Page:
flashback to Greece

Parthenon at dusk

Yesterday’s post with its emphasis on sunshine reminded me that this time last year I was in Greece as part of the first World Conference of Screenwriters. I was running the conference blog and social media, and it was a wonderful, if exhausting, few days in Athens.

The above picture is of the Parthenon at dusk on the opening evening of the conference. It’s one of the cluster of ancient buildings that make up the Acropolis – which is perched on a flat-topped outcrop 150 meters above Athens. Our international group of screenwriters and Guilds representatives was extremely fortunate to get a private tour of the Acropolis just as twilight descended upon the Greek capital.

It’s quite an experience to visit such an old and revered spot, with the sun descending into a scarlet dusk, towing an indigo-black night behind it, and to watch the lights of Athens turn on below you.

There are temples, shrines and monuments all over the city, and it’s hard not to be reminded every couple of minutes of the country’s legacy. And every Greek tour guide will happily inform you that Greece is the originator of all that is great in Western civilization (with no mention of the bad). They are justifiably proud of their achievements. On the bus ride to the Acropolis we drove slowly through the heavy traffic while our Guide pointed out the sights and told us their history.

Unfortunately, being a rather chatty bunch, and since it was the first night of the conference, there was rather too much conversation going on for our guide’s liking. With a strict reprimand she quietened our congregation, and intimidated several of our members. I didn’t mind the ensuing silence, because I enjoy learning history.

Theatre of DionysusOne of the first places we saw once we had climbed up to the main section of the Acropolis was the Theatre of Dionysus.

It’s perhaps not the most exciting location for many people, but when our delegates were told that this venue had premiered work by the likes of Aeschylus, Sophocles, Euripides and Aristophanes there was a hush of reverence.

It was a balmy night by my standards, and after the lowering of the Greek flag on the Acropolis by the soldiers we were free to wander around. There were a few Alsatian watchdogs penned up nearby to guard the area, but there were also a number of roaming dogs that occupy the site. Freelancers, I guess. One friendly, mature yellow Labrador kept an eye on us the entire time we were on the site, moving between our various groups, as if representing the spirit of the Acropolis.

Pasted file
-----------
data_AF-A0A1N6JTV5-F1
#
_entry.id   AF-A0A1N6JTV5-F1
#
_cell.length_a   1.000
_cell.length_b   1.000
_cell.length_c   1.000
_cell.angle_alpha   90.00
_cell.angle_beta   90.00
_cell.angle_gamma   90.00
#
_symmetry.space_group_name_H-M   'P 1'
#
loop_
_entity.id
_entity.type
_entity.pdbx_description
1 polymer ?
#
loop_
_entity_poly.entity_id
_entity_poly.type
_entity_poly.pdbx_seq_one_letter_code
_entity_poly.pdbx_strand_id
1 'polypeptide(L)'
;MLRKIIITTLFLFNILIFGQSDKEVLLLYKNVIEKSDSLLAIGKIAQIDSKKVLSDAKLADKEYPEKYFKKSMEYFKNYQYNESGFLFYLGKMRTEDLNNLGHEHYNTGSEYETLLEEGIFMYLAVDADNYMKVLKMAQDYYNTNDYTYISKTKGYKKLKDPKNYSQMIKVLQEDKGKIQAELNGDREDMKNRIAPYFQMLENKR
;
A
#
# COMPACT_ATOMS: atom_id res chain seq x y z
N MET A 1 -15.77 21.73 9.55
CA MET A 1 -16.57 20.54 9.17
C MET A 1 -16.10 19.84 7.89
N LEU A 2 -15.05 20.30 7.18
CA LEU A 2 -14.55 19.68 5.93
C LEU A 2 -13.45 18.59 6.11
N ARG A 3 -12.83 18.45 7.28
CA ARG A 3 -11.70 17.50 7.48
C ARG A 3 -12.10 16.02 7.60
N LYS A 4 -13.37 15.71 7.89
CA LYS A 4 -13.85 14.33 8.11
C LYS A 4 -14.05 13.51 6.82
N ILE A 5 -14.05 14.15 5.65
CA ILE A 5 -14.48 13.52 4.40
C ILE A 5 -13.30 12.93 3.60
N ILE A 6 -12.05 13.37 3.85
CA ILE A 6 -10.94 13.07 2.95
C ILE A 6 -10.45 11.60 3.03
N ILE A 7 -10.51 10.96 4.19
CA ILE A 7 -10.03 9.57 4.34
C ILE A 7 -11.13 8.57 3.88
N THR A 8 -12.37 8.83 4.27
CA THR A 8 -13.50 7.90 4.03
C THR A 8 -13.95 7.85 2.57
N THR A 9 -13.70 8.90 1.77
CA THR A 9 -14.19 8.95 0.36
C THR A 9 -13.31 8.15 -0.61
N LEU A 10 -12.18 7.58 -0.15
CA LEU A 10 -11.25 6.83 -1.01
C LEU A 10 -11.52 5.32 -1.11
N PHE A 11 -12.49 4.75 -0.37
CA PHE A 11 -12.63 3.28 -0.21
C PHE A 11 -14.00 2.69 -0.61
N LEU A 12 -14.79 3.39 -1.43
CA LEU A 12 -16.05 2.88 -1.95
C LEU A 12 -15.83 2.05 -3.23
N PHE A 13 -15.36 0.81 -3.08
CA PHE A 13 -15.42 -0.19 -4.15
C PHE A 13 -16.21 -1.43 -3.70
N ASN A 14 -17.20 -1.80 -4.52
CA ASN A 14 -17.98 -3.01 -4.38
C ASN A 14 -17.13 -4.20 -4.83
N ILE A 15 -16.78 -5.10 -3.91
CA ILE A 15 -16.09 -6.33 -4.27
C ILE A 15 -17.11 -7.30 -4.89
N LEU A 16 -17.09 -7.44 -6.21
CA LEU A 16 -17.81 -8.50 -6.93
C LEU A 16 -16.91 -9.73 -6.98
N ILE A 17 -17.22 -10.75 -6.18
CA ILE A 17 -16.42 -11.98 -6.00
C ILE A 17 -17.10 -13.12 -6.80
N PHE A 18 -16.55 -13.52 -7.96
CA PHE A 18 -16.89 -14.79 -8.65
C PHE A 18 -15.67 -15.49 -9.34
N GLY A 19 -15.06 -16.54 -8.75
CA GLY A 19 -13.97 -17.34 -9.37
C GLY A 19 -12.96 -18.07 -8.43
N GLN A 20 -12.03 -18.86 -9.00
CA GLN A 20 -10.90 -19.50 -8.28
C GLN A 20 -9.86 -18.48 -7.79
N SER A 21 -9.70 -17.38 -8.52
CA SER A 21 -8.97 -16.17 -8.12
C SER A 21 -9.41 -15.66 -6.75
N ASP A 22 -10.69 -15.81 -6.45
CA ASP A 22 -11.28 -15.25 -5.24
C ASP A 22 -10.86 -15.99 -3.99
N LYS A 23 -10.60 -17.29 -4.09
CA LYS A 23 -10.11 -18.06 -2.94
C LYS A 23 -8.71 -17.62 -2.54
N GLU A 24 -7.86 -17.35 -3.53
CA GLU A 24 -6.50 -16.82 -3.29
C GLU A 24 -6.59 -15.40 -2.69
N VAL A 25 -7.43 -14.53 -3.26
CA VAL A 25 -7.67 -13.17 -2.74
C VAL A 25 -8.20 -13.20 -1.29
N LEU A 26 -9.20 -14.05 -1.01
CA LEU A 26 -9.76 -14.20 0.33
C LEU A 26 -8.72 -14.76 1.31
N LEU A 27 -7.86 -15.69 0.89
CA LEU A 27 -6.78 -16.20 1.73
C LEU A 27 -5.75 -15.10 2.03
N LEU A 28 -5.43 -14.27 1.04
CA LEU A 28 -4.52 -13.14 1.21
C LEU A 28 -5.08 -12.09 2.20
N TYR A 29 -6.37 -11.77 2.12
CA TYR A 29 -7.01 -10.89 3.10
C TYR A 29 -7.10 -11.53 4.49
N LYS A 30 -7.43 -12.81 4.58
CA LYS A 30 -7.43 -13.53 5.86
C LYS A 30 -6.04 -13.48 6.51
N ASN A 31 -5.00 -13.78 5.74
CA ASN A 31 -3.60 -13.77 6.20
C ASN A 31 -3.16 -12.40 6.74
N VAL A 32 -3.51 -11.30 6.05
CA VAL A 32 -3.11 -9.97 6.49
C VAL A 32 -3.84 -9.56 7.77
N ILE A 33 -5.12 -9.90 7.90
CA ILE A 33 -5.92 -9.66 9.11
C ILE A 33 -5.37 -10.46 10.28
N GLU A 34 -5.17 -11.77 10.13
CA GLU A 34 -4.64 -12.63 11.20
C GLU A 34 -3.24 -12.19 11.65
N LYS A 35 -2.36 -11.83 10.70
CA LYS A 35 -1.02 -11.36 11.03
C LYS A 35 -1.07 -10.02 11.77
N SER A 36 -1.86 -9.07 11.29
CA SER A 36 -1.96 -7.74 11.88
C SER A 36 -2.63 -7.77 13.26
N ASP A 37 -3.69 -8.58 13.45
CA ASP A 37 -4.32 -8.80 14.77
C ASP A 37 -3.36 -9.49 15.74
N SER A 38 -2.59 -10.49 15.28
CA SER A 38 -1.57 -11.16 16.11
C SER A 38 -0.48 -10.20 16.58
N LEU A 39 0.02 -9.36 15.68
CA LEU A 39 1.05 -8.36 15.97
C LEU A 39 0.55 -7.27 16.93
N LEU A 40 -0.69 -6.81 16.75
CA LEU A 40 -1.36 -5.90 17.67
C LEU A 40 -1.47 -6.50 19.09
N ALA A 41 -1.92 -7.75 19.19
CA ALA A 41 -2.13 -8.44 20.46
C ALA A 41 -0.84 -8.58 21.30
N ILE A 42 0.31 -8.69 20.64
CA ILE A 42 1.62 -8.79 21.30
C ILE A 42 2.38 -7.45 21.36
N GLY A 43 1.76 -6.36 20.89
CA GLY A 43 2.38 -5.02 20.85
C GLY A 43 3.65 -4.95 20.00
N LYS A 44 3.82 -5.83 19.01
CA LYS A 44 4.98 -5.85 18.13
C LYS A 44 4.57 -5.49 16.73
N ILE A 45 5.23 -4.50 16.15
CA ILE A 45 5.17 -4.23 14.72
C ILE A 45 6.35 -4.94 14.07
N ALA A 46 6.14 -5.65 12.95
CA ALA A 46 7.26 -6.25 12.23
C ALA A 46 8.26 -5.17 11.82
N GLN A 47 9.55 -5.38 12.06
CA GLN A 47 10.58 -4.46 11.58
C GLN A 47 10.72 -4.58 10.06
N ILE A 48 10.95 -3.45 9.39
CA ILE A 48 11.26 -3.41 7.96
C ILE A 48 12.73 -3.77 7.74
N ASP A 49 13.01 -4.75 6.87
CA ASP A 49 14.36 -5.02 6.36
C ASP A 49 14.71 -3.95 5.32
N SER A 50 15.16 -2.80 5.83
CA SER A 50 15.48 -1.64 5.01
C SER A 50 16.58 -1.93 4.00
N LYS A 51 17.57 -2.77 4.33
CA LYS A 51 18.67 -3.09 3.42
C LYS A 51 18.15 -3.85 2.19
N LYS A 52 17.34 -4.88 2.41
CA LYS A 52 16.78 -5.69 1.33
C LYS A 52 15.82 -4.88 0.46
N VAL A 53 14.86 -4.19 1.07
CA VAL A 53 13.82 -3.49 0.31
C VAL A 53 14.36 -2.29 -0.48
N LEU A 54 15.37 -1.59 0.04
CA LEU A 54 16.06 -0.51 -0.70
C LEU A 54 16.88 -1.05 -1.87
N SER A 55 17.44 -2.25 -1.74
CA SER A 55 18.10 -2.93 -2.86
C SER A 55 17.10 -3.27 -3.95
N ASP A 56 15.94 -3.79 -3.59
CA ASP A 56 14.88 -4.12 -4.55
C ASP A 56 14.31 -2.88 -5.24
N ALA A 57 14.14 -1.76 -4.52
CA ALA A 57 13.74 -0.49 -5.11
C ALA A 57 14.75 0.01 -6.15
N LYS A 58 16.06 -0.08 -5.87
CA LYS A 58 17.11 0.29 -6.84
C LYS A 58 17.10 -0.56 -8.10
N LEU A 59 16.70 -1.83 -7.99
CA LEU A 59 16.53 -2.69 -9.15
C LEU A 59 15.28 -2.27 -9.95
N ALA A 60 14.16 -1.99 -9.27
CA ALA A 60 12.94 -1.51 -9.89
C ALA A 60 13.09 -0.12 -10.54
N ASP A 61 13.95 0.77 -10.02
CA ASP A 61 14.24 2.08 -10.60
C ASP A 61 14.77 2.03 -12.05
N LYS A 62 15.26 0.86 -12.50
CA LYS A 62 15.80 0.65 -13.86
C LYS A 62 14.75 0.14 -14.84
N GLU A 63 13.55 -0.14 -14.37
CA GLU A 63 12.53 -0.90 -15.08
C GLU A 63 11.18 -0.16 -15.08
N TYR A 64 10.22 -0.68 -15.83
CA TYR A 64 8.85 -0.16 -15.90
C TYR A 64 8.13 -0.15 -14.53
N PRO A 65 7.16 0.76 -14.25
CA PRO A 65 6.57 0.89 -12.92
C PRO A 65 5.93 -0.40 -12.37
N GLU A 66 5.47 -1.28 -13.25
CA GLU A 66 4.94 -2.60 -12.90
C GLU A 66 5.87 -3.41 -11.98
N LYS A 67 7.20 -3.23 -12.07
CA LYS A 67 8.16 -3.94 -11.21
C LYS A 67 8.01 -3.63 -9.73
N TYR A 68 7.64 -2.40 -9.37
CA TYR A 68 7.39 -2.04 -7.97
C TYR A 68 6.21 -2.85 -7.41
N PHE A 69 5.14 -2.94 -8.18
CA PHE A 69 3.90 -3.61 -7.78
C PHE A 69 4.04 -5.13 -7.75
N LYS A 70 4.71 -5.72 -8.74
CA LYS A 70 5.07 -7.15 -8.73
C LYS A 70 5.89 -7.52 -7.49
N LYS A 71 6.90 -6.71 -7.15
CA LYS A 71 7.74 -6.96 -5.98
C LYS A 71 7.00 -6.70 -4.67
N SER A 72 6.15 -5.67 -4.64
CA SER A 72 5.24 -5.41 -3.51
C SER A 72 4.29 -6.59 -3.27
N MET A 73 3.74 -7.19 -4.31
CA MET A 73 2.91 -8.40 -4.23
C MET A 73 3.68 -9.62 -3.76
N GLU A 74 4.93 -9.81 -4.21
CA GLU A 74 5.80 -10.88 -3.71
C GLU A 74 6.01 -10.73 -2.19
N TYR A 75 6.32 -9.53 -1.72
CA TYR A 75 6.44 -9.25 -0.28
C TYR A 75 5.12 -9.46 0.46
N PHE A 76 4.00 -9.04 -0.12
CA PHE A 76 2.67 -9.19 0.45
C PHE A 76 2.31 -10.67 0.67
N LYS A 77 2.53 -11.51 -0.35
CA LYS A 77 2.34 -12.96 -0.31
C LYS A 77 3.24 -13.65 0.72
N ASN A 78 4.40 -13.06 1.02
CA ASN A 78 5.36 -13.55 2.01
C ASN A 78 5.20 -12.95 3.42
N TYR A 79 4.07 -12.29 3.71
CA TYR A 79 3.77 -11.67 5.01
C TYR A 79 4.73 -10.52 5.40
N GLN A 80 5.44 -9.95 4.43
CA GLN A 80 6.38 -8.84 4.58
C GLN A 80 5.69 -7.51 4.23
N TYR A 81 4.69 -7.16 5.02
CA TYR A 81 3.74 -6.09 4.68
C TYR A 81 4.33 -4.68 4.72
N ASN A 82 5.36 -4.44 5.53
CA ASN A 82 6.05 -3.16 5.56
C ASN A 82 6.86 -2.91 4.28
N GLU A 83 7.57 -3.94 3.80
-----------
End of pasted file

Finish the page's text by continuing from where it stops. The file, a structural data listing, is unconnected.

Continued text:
Old temple of AthenaA short time after nightfall we picked our way down the broken and uneven steps in the darkness with the aid of intermittent lights, and began the short trek down the sloping avenue to the oustanding New Acropolis Museum. We were going to a reception at the museum with the Greek Minister for Culture.

By the time we descended from the Acropolis our spirit dog had summoned a pack of fellow mongrel agents and they took it upon themselves to guide us to the museum. They were entirely friendly to our group, running and sniffing alongside us, but they did warn off a number of Greek locals who had the temerity to walk their dogs too close to our human-dog pack.

When we reached the New Acropolis Museum they considered their job done and dispersed – probably to find some other group of strangers to welcome.

It was a magical start to the conference.

I loved Greece in November: the locals were huddled up in scarfs and coats, but it was like Irish summer weather to me – which included a terrible downpour on the day we left. Yet, most of the days were sunny, with clear skies and temperatures around 20 degrees Celsius. Unfortunately, I was so busy with the conference itself I had little time to enjoy the sites, but that evening on the Acropolis is a fantastic memory.

There was another memorable evening where a large group of us walked through the city’s streets (dodging the ever-present motorcycles and scooters) until we found a restaurant in a square close to the Acropolis – the floodlight ruins were visible from our tables as we ate heavenly food and drank red wine outside in the warm night, listened to traditional Greek music and discussed writing, history, politics and laughed a great deal.

Ah, those are the memories you dwell upon fondly during a cold winter night in Ireland.